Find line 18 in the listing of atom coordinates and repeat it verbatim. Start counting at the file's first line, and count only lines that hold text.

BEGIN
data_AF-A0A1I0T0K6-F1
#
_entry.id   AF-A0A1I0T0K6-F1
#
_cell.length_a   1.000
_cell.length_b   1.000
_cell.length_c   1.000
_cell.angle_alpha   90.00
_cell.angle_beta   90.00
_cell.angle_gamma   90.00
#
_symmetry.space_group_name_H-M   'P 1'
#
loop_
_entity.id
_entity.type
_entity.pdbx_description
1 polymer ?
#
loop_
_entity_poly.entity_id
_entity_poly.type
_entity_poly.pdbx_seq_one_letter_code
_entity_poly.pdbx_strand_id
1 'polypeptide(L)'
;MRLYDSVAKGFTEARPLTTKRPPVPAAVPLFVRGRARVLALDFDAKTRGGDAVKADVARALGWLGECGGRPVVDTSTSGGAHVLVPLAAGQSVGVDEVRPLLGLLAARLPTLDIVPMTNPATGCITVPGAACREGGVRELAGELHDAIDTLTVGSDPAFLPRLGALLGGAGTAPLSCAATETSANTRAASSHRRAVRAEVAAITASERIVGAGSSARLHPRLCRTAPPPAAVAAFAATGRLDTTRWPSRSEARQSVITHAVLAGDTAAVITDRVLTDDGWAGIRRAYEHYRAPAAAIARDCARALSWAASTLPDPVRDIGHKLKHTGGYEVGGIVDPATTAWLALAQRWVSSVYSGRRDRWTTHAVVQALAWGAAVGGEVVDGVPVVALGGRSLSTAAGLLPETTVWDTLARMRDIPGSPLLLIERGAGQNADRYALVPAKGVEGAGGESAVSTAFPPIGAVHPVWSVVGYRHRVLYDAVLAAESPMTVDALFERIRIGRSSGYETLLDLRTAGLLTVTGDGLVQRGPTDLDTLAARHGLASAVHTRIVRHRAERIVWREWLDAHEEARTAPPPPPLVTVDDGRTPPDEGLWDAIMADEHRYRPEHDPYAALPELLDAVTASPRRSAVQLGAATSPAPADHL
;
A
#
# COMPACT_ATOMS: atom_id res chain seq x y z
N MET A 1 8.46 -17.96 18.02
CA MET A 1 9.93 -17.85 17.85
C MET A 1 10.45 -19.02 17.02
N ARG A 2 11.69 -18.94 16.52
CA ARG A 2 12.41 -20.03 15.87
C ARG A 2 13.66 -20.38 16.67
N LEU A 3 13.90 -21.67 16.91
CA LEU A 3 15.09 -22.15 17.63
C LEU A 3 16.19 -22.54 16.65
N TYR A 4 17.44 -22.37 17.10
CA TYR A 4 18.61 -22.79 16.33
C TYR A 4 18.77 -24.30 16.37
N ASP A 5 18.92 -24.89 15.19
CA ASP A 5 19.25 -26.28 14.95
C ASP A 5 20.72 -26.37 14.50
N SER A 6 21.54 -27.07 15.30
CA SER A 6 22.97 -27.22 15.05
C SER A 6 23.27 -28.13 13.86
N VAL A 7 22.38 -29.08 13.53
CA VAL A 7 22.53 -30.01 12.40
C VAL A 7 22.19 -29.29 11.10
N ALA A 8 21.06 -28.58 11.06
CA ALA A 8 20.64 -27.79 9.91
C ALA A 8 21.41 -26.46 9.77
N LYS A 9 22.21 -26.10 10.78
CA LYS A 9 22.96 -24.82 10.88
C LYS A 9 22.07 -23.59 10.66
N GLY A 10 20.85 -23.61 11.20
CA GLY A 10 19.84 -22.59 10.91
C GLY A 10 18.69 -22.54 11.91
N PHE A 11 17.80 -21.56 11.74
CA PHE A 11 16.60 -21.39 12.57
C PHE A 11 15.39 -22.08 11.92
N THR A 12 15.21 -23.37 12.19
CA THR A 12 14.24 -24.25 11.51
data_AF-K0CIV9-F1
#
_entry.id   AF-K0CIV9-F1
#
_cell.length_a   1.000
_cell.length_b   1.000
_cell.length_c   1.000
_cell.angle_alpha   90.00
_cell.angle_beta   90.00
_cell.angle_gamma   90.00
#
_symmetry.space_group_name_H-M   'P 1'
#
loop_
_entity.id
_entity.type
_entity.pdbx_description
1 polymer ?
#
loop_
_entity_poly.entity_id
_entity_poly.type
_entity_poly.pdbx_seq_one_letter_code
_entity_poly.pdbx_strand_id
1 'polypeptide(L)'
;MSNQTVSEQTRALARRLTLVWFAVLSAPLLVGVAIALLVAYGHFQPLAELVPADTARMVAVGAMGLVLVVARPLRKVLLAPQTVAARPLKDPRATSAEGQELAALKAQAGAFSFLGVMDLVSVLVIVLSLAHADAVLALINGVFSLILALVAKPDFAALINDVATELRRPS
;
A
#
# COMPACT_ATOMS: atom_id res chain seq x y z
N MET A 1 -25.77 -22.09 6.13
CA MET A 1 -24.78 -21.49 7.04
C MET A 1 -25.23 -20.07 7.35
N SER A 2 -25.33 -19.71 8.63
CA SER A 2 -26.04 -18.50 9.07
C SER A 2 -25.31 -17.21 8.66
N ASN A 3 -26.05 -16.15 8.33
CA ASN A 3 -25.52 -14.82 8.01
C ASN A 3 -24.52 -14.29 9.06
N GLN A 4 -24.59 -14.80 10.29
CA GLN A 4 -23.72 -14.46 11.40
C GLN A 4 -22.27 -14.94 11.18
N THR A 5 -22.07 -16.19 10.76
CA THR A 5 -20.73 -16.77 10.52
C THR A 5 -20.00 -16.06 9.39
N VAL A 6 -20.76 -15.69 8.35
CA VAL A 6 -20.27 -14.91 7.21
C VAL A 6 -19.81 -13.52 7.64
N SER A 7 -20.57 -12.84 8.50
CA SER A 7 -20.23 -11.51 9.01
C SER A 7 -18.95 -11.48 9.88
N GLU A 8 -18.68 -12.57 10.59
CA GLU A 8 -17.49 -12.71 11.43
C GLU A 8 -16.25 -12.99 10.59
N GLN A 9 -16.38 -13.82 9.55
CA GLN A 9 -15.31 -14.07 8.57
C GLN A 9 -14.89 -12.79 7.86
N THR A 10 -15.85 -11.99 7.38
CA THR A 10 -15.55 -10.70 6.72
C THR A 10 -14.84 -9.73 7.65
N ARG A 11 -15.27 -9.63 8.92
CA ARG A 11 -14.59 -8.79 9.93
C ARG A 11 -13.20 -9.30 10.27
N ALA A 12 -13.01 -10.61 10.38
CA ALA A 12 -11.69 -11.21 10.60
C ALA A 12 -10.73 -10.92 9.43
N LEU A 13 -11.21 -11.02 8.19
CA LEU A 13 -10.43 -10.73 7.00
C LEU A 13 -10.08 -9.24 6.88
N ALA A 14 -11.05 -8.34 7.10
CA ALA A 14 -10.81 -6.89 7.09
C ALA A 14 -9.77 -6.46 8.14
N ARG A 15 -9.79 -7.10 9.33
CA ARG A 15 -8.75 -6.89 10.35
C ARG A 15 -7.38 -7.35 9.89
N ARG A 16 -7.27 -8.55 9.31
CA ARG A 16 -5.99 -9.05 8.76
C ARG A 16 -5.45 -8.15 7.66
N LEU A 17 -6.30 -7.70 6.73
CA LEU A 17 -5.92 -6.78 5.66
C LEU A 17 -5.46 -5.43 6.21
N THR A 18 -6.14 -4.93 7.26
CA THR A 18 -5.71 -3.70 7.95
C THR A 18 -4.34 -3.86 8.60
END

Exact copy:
1 polymer ?